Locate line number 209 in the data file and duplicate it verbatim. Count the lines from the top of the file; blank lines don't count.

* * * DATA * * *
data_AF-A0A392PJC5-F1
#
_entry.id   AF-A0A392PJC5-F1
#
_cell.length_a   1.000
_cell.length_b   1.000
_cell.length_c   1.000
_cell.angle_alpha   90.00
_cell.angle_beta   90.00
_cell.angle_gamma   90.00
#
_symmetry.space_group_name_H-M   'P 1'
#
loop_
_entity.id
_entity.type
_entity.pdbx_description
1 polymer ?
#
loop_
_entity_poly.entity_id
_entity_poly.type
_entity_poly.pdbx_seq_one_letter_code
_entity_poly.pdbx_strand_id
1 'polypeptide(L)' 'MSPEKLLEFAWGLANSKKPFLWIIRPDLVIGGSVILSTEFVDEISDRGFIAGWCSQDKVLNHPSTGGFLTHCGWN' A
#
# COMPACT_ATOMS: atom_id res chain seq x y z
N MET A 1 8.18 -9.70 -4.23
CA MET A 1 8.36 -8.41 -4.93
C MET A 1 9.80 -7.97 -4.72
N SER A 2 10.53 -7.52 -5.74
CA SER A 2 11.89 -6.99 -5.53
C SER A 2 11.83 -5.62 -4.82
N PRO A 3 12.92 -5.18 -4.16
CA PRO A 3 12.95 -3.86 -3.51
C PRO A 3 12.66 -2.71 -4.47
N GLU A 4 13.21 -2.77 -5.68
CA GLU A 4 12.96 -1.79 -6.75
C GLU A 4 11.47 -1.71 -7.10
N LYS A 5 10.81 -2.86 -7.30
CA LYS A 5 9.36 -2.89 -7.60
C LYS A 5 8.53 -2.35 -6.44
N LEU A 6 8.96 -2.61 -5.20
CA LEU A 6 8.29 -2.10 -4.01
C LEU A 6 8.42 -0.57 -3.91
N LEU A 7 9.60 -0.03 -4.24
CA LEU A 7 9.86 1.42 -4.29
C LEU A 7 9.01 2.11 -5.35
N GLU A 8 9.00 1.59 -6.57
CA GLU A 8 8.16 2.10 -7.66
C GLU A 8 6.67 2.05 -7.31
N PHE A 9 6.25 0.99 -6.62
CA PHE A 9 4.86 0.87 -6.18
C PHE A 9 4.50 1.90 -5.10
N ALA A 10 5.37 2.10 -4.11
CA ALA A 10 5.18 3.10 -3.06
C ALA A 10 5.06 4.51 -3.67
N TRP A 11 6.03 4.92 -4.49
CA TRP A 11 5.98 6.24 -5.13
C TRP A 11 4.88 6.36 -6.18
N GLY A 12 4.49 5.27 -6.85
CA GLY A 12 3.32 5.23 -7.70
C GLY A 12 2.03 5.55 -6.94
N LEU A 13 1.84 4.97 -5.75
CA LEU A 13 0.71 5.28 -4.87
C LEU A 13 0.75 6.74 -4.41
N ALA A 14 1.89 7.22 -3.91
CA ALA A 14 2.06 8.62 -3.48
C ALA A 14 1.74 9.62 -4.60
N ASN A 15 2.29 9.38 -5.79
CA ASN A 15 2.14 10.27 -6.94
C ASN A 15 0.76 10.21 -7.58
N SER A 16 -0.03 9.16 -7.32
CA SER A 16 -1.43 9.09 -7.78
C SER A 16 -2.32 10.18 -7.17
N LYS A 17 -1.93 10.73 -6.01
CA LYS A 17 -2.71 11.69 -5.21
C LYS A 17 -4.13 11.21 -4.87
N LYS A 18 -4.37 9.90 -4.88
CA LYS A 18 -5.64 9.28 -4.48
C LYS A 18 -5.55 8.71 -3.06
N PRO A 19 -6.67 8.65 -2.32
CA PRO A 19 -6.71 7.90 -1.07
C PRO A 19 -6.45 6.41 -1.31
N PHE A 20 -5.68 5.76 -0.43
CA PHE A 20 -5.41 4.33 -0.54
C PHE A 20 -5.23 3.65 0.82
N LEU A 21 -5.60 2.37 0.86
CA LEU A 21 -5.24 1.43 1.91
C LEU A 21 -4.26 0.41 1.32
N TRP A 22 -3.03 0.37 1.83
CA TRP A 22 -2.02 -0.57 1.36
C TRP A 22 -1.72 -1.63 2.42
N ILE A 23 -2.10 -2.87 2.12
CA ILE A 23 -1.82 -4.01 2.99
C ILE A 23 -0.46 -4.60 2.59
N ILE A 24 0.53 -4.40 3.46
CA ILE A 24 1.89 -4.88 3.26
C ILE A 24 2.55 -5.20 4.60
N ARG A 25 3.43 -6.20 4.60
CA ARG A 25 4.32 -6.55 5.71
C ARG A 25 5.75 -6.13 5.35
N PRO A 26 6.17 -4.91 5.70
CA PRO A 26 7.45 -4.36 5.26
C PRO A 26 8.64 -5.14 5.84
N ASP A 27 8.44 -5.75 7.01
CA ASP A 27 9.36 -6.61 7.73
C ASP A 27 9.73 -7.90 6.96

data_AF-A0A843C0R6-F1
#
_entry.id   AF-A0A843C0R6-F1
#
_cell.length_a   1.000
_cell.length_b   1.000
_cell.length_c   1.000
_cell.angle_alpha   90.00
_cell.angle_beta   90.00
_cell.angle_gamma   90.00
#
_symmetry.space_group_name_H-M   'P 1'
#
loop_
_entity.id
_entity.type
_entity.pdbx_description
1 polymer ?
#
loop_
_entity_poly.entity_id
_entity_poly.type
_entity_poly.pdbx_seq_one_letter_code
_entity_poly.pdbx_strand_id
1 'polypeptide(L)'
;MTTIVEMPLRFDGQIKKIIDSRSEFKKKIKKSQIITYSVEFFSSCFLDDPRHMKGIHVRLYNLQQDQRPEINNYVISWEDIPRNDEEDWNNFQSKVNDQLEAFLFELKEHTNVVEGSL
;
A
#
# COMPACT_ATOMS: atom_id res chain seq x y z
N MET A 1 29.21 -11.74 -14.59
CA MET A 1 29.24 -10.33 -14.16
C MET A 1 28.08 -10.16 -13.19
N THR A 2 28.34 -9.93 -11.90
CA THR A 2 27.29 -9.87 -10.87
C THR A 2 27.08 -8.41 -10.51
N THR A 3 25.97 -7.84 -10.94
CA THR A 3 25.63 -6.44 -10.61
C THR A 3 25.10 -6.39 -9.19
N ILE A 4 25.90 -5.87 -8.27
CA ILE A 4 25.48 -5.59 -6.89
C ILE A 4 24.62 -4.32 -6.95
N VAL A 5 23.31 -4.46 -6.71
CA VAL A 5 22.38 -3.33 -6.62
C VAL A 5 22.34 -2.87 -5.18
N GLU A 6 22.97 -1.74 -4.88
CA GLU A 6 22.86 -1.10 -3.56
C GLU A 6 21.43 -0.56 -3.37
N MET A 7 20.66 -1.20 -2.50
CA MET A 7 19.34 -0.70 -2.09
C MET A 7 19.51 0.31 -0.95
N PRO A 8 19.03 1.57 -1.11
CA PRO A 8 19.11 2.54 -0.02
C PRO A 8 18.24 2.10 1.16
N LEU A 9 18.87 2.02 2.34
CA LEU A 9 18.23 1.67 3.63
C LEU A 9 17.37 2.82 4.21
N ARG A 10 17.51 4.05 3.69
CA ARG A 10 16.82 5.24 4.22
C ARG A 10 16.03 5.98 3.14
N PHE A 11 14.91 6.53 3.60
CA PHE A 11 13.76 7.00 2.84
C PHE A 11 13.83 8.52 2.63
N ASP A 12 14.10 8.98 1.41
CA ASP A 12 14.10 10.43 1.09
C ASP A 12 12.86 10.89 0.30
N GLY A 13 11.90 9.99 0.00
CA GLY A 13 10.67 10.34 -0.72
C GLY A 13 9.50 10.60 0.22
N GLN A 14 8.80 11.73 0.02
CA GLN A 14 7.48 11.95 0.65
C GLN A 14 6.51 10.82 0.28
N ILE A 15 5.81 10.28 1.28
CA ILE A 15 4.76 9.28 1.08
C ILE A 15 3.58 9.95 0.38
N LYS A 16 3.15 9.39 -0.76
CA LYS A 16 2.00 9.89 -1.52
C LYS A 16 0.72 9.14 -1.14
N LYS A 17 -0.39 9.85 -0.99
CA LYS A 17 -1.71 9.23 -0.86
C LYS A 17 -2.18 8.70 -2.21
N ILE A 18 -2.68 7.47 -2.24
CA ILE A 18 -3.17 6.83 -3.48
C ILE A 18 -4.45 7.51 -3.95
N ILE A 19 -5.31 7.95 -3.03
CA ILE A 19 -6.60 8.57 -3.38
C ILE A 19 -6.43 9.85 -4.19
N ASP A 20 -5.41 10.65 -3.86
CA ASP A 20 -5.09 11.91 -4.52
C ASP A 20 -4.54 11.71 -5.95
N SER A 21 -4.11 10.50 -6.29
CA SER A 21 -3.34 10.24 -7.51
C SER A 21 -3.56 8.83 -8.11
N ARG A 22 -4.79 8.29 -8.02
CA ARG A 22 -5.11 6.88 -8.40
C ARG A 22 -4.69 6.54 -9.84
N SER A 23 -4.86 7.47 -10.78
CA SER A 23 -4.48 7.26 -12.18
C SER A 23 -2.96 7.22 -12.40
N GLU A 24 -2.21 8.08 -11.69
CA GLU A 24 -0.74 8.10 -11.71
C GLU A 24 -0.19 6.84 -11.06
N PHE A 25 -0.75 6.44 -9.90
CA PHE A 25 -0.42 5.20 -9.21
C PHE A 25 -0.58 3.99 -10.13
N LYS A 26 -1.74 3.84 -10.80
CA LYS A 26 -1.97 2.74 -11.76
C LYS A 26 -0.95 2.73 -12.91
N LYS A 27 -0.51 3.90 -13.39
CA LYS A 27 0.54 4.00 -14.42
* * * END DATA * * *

CA GLU A 24 -0.74 8.10 -11.71